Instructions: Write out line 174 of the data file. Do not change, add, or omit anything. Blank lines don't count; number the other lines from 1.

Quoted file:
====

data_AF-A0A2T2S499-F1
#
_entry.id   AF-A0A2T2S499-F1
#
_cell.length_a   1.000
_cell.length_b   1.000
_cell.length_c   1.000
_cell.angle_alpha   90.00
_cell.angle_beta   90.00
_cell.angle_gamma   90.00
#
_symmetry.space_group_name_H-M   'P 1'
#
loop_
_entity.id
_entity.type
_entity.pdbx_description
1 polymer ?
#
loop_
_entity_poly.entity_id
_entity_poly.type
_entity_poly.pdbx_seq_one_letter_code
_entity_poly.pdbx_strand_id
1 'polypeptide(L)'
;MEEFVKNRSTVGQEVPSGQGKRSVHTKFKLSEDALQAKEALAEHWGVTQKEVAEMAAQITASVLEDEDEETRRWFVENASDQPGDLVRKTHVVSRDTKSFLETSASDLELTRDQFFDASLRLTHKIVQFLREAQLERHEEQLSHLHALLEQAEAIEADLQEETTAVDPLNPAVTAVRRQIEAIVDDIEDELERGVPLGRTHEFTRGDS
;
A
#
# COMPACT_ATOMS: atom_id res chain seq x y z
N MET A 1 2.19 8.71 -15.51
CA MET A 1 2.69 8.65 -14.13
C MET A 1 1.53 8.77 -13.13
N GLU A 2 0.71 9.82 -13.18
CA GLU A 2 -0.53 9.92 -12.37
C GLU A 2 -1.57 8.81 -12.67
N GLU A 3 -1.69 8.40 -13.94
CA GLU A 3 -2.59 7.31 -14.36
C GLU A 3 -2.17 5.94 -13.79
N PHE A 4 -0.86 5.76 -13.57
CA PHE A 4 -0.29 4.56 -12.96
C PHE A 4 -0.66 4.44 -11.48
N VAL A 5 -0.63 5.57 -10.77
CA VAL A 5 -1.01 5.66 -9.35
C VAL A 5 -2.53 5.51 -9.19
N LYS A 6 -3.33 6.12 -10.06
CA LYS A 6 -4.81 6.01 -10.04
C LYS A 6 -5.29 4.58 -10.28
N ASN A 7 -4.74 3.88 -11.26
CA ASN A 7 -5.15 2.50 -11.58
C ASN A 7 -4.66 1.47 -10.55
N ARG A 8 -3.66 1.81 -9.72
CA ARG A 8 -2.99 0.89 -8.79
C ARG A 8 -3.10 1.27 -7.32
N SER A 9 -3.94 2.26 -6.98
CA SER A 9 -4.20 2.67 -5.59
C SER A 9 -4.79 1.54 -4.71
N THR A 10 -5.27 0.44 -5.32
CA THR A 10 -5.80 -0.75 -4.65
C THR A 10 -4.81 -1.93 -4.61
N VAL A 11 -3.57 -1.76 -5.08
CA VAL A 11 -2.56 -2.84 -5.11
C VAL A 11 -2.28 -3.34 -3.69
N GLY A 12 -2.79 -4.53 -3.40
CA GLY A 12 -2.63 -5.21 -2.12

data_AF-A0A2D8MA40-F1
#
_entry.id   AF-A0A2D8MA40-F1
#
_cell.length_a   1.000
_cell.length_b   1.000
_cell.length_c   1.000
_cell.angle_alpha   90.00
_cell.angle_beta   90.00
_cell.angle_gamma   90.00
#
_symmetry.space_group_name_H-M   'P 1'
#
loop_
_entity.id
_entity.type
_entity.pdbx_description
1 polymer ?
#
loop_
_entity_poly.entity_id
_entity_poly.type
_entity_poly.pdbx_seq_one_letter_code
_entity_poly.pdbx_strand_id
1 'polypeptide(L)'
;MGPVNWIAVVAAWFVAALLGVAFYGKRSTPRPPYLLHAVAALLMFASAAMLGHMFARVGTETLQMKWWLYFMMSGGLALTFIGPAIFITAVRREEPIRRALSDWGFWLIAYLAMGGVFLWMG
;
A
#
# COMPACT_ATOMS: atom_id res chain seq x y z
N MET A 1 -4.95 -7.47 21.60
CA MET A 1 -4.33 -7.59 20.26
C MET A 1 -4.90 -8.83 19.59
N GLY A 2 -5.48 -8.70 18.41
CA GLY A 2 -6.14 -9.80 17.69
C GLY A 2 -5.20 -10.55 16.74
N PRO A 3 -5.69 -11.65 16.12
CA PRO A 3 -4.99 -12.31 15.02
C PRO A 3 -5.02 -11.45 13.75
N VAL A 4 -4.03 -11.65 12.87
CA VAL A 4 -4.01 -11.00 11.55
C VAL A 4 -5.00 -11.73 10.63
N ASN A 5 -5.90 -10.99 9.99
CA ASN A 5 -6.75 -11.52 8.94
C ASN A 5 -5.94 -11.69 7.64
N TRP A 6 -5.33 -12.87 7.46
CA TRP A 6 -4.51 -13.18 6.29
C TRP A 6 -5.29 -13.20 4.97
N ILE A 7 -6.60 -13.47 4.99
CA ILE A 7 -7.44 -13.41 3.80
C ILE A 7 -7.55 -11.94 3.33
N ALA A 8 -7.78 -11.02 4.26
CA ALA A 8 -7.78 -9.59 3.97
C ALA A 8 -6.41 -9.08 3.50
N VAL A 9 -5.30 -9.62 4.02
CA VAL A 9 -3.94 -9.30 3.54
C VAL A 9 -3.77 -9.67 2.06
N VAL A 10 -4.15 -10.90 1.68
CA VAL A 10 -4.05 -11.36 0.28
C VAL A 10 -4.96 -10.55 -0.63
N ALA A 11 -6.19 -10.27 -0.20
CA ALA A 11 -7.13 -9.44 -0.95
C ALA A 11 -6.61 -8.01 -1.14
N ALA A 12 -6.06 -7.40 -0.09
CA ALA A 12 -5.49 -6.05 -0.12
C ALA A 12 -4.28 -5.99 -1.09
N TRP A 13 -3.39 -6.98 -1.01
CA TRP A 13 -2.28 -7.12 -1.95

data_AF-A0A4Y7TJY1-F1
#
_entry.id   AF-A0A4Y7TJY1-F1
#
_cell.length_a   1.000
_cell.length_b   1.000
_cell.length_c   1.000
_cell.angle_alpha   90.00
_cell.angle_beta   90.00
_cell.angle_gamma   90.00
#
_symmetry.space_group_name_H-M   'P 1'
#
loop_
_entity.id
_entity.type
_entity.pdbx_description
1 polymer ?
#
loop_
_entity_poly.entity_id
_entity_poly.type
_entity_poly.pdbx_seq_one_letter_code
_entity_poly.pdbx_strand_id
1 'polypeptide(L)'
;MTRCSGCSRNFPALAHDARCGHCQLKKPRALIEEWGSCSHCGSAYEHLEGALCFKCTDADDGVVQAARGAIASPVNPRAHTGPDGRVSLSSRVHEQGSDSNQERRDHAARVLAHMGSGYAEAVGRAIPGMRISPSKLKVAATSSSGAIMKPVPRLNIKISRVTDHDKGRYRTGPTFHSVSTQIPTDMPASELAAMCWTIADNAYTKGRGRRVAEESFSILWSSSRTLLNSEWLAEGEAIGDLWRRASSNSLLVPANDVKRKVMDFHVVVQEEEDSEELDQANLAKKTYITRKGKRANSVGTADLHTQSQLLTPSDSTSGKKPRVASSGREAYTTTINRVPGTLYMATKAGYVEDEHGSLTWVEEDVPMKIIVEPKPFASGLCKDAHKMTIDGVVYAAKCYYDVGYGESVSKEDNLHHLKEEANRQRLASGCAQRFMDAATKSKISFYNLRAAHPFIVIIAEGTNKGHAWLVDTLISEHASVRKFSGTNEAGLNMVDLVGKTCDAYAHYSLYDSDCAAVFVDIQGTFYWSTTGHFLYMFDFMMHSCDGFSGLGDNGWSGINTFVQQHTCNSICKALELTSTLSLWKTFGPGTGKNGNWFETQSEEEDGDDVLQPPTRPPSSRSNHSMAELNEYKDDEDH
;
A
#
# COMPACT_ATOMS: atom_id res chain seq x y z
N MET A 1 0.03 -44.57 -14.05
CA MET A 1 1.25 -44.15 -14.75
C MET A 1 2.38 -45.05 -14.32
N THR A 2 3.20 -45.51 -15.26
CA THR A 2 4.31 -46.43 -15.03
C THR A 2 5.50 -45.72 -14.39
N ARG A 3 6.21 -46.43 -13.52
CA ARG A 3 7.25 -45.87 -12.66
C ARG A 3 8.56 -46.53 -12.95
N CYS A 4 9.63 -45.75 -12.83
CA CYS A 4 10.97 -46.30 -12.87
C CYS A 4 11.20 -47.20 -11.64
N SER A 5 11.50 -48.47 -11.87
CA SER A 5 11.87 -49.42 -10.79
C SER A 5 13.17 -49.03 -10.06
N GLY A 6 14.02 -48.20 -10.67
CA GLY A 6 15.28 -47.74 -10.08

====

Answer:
CA CYS A 4 10.97 -46.30 -12.87